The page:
With that kind of competition, the latest Xperia is going to need more than its sensational colour options to make it pop (even if we only got the black one).
But living with the Xperia 5 for a week has impressed us, and running side-by-side comparisons with the Xperia 1, OnePlus 7 Pro and Xiaomi Mi 9T Pro have all hit home one fact: Sony does premium very well.
But does it do it well enough to convince you to deposit the best part of 700 notes in the company coffers?
Design: A bit of bezel never hurt anyone
The Xperia 5’s 6.1in screen is big, but not too big. While the front doesn’t look bad at all, the bezel framing it means the phone has an 81% screen-to-body ratio, so it doesn’t look very cutting edge either. Still, that’s better than comparatively priced Pixels or iPhones and there’s not a notch in sight.
Weighing in at 164g it’s nice and light, and at just 8.2mm thin it’s slimmer than an iPhone 11 or OnePlus 7 Pro. The 21:9 aspect ratio means it’s also narrower than Samsung’s Galaxy S10, which makes the Xperia 5 one of the most manageable flagship phones you can buy. If you do manage to drop it there’s Gorilla Glass 6 on the front and back, which is unheard of for a phone at this price, and there’s also IP68 water and dust resistance, which you won’t find on its main rivals.
The metal frame is painted rather than anodised, which means it’s not coloured throughout, but it’s buffed to perfection, with only the triple-camera bump to interrupt its smooth, flat back. A fingerprint scanner is sandwiched in between the power, volume and camera buttons on the right, which is disappointing considering much cheaper phones now have them built into the display, while a lone USB-C connector lurks at the base. That means no headphone port, although you do get an adaptor dongle in the box.
Screen: OH-LED YES SONY!
The Xperia 5’s HDR OLED screen is its undoubted high point – it’s brighter than that of the OnePlus 7 Pro and sharper than the iPhone 11’s LCD.
It’s easy to see in bright conditions and viewing angles are exceptional, with less colour-shifting at extreme angles. Dive into the settings and you can customise the Xperia 5’s white balance, activate smart backlight control, which stops the screen going to sleep when you’re holding it, and switch to a dark theme, although it doesn’t extend to the settings menu.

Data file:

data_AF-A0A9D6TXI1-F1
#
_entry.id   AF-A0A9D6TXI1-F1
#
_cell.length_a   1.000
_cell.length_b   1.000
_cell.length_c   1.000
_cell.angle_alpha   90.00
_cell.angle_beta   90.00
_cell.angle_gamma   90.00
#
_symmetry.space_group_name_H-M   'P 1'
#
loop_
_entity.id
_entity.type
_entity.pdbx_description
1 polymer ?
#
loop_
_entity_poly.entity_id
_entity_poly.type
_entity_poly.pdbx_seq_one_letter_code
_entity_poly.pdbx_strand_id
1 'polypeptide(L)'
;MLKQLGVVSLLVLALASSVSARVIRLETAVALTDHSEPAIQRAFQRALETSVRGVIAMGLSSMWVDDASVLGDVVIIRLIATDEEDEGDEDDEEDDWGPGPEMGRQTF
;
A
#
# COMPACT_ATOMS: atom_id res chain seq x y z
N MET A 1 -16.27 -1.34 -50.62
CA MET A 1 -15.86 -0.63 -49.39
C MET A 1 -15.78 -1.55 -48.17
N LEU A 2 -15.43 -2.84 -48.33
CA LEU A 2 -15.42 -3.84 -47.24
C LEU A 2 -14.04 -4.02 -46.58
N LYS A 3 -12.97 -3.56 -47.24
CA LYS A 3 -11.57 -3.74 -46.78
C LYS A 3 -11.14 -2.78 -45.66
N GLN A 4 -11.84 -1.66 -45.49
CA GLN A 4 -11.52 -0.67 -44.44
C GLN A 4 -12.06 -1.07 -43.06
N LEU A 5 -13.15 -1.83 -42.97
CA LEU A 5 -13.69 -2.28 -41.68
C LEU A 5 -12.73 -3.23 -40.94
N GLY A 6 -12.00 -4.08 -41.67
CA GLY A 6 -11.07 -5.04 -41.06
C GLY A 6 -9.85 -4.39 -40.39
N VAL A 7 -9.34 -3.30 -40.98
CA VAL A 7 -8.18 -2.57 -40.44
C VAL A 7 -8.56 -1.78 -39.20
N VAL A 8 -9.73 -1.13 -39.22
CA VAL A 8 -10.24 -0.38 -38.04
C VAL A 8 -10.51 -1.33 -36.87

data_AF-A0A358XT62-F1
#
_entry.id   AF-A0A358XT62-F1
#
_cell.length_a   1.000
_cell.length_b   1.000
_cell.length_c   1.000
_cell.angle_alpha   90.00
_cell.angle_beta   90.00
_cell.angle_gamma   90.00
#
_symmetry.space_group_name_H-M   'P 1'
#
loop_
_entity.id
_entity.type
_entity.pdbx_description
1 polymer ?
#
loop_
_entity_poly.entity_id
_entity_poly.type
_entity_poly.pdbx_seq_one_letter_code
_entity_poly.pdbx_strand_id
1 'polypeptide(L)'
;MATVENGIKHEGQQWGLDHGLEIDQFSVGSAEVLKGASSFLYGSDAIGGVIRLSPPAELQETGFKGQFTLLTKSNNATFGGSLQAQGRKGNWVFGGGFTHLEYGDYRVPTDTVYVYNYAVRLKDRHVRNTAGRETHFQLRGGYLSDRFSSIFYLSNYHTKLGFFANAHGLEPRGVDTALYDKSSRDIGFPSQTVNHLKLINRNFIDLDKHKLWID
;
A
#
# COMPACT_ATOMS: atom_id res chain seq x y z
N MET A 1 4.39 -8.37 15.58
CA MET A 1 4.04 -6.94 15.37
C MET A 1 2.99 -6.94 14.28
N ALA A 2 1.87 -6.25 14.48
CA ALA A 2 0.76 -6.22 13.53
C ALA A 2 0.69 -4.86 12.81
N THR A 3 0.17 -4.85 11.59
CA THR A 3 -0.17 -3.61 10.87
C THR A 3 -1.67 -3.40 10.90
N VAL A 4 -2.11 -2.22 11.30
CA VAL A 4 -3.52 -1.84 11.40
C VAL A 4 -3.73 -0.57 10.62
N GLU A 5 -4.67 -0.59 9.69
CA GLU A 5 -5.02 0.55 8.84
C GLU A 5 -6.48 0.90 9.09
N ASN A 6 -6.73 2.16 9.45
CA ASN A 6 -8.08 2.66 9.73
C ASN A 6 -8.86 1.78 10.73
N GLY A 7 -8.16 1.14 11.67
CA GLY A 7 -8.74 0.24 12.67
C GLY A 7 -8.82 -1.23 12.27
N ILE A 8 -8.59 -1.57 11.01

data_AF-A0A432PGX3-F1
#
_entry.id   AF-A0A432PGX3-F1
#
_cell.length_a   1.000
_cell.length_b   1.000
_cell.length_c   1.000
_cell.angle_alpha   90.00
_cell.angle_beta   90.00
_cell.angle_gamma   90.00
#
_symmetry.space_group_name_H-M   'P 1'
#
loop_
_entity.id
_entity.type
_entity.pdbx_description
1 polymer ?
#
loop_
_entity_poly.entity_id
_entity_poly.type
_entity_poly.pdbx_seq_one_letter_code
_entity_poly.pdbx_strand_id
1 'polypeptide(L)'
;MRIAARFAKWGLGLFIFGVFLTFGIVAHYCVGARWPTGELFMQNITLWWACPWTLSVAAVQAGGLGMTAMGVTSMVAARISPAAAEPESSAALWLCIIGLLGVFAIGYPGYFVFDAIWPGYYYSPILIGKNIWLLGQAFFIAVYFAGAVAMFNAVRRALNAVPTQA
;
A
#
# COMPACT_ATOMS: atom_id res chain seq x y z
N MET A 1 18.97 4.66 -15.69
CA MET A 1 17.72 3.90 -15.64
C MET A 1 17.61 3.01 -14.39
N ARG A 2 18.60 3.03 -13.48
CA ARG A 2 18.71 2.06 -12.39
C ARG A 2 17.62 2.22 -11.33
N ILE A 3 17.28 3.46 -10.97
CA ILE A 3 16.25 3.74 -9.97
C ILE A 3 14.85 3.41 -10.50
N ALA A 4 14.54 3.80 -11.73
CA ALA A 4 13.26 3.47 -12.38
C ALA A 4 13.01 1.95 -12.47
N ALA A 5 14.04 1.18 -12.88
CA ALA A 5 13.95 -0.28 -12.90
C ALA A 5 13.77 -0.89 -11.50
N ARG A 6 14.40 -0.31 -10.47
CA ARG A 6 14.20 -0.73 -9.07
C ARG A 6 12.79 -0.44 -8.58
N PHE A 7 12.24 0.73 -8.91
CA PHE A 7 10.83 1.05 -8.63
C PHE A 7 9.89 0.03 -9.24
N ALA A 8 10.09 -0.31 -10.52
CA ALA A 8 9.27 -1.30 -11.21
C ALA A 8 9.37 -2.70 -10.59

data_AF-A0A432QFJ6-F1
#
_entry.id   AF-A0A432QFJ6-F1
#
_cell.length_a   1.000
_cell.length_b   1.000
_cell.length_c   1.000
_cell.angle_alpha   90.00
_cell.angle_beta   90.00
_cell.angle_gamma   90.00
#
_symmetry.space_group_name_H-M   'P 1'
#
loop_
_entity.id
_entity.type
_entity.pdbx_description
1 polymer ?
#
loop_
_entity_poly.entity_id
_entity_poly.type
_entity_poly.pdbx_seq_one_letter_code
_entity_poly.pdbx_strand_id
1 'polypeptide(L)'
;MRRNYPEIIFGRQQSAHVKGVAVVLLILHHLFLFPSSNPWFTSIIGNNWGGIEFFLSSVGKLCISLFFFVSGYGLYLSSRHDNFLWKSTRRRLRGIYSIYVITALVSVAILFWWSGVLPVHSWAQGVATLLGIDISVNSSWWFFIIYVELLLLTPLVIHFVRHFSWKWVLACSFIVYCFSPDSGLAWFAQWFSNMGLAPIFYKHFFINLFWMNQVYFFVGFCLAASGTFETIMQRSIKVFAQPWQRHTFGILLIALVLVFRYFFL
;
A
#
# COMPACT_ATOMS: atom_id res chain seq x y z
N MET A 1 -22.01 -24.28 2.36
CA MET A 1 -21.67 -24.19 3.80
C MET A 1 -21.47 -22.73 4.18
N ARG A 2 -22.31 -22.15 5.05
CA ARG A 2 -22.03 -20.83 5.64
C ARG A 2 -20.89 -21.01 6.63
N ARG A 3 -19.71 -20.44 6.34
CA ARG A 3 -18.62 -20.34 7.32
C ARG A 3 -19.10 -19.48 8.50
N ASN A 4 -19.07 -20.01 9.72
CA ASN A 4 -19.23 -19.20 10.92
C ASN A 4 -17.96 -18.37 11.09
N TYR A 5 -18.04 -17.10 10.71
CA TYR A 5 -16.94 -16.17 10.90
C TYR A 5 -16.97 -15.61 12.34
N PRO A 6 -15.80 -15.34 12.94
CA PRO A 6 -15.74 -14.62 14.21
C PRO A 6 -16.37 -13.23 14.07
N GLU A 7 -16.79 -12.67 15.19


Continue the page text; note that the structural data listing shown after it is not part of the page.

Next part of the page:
The 21:9 aspect ratio isn’t as much of a novelty as it was when the Xperia 1 launched, but you’ll still have to put up with hefty borders when you watch stuff that’s in 16:9. Sony’s video image enhancements sharpen things up nicely though, with none of the soupy dark spots you get on some other OLED screens, putting the Xperia 5 up there with the best for watching movies and TV shows on-the-go.
Despite having a lower-resolution than the OnePlus 7 Pro, 4K video actually looks sharper on the Sony’s screen, although there’s more colour banding and artifacting here, so it’s a case of swings and roundabouts.
Interface: Are you splitting comfortably?
Sony’s Xperia 5 runs Android 9, with a mercifully optional range of bloatware on offer out of the box. Just tick the additional apps you want and ditch the rest, with Sony only installing a handful of obligatory ones.
The core interface is very traditional Android: there’s a Google screen, a variable number of home screens that can be loaded up with app shortcuts and widgets, an apps tray and a notifications bar.